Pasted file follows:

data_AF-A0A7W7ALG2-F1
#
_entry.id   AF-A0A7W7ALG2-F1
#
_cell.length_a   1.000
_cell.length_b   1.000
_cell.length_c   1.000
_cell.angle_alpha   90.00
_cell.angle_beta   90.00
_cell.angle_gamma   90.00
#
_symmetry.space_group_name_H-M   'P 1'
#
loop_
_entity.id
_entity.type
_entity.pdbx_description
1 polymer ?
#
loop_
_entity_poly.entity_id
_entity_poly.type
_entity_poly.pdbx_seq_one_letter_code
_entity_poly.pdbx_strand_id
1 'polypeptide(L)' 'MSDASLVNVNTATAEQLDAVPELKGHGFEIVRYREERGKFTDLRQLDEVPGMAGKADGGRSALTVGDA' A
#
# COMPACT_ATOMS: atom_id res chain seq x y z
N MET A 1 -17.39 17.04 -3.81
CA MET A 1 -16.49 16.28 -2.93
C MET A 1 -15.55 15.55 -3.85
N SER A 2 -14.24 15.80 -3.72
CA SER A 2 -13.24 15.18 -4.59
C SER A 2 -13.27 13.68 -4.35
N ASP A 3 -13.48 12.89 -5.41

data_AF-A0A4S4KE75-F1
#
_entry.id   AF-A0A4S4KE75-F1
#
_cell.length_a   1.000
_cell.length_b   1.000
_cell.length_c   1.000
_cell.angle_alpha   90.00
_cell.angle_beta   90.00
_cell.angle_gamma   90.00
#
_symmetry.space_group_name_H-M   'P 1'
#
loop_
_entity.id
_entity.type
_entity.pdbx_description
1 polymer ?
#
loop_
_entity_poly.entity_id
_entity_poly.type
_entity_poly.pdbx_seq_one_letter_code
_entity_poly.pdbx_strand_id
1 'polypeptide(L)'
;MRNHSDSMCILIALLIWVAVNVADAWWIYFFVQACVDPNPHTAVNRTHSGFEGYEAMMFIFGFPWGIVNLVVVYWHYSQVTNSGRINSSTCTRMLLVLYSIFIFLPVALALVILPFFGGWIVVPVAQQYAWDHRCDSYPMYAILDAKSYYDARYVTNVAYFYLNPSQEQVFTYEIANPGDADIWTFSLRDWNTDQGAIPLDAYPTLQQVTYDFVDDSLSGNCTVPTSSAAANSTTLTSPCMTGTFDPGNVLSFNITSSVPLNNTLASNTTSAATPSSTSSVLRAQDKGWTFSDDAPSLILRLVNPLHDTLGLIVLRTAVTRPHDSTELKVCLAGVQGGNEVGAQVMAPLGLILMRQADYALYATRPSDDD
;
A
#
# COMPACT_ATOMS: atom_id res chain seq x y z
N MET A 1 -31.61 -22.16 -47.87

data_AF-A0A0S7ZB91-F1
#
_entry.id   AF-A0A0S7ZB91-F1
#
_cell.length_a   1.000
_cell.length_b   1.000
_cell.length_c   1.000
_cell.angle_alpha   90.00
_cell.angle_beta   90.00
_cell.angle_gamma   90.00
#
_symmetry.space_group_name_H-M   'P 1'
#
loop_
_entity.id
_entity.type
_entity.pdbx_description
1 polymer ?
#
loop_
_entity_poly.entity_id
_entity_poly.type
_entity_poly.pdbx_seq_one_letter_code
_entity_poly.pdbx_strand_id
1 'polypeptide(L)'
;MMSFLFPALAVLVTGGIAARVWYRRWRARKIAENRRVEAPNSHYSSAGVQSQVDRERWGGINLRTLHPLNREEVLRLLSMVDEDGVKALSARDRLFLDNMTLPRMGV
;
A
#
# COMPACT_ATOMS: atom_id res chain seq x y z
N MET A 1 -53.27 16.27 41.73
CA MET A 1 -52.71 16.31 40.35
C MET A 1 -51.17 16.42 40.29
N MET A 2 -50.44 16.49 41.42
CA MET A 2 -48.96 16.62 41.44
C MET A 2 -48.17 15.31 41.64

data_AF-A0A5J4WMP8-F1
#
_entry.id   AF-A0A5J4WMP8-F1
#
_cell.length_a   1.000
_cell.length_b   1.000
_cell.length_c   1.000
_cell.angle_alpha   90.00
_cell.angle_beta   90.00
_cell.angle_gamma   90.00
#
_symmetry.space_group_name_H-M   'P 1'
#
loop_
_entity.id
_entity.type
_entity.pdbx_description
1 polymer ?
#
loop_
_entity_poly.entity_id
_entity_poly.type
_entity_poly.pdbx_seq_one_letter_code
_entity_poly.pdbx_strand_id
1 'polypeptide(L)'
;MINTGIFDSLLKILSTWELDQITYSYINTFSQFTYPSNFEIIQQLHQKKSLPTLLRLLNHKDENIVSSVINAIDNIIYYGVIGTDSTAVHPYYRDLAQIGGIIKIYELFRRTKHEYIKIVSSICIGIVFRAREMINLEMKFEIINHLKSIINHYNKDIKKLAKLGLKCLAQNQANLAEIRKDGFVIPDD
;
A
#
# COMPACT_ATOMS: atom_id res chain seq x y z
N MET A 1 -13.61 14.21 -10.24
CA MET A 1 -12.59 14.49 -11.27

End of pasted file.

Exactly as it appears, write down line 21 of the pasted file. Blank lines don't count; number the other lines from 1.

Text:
_entity_poly.entity_id